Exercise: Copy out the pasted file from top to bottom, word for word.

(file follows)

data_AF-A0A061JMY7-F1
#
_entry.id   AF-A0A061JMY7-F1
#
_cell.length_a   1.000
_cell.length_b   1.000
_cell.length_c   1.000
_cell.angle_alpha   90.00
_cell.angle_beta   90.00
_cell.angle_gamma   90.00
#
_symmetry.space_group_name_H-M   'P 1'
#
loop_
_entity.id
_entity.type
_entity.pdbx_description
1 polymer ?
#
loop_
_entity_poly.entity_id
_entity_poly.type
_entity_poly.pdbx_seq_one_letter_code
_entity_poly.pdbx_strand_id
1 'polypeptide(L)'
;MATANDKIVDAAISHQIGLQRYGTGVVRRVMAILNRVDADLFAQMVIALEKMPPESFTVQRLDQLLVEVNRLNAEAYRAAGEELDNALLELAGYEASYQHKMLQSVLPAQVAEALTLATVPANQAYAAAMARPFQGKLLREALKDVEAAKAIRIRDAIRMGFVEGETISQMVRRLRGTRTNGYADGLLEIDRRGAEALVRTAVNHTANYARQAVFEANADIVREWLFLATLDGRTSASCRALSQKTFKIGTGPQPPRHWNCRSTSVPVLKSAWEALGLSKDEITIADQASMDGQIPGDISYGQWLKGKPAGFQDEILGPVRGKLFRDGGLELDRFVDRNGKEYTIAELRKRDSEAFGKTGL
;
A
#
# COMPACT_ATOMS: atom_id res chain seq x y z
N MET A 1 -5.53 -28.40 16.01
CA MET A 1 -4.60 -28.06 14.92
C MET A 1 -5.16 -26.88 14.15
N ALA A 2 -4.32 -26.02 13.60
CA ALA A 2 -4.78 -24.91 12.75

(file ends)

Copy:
data_AF-A0A061JMY7-F1
#
_entry.id   AF-A0A061JMY7-F1
#
_cell.length_a   1.000
_cell.length_b   1.000
_cell.length_c   1.000
_cell.angle_alpha   90.00
_cell.angle_beta   90.00
_cell.angle_gamma   90.00
#
_symmetry.space_group_name_H-M   'P 1'
#
loop_
_entity.id
_entity.type
_entity.pdbx_description
1 polymer ?
#
loop_
_entity_poly.entity_id
_entity_poly.type
_entity_poly.pdbx_seq_one_letter_code
_entity_poly.pdbx_strand_id
1 'polypeptide(L)'
;MATANDKIVDAAISHQIGLQRYGTGVVRRVMAILNRVDADLFAQMVIALEKMPPESFTVQRLDQLLVEVNRLNAEAYRAAGEELDNALLELAGYEASYQHKMLQSVLPAQVAEALTLATVPANQAYAAAMARPFQGKLLREALKDVEAAKAIRIRDAIRMGFVEGETISQMVRRLRGTRTNGYADGLLEIDRRGAEALVRTAVNHTANYARQAVFEANADIVREWLFLATLDGRTSASCRALSQKTFKIGTGPQPPRHWNCRSTSVPVLKSAWEALGLSKDEITIADQASMDGQIPGDISYGQWLKGKPAGFQDEILGPVRGKLFRDGGLELDRFVDRNGKEYTIAELRKRDSEAFGKTGL
;
A
#
# COMPACT_ATOMS: atom_id res chain seq x y z
N MET A 1 -5.53 -28.40 16.01
CA MET A 1 -4.60 -28.06 14.92
C MET A 1 -5.16 -26.88 14.15
N ALA A 2 -4.32 -26.02 13.60
CA ALA A 2 -4.78 -24.91 12.75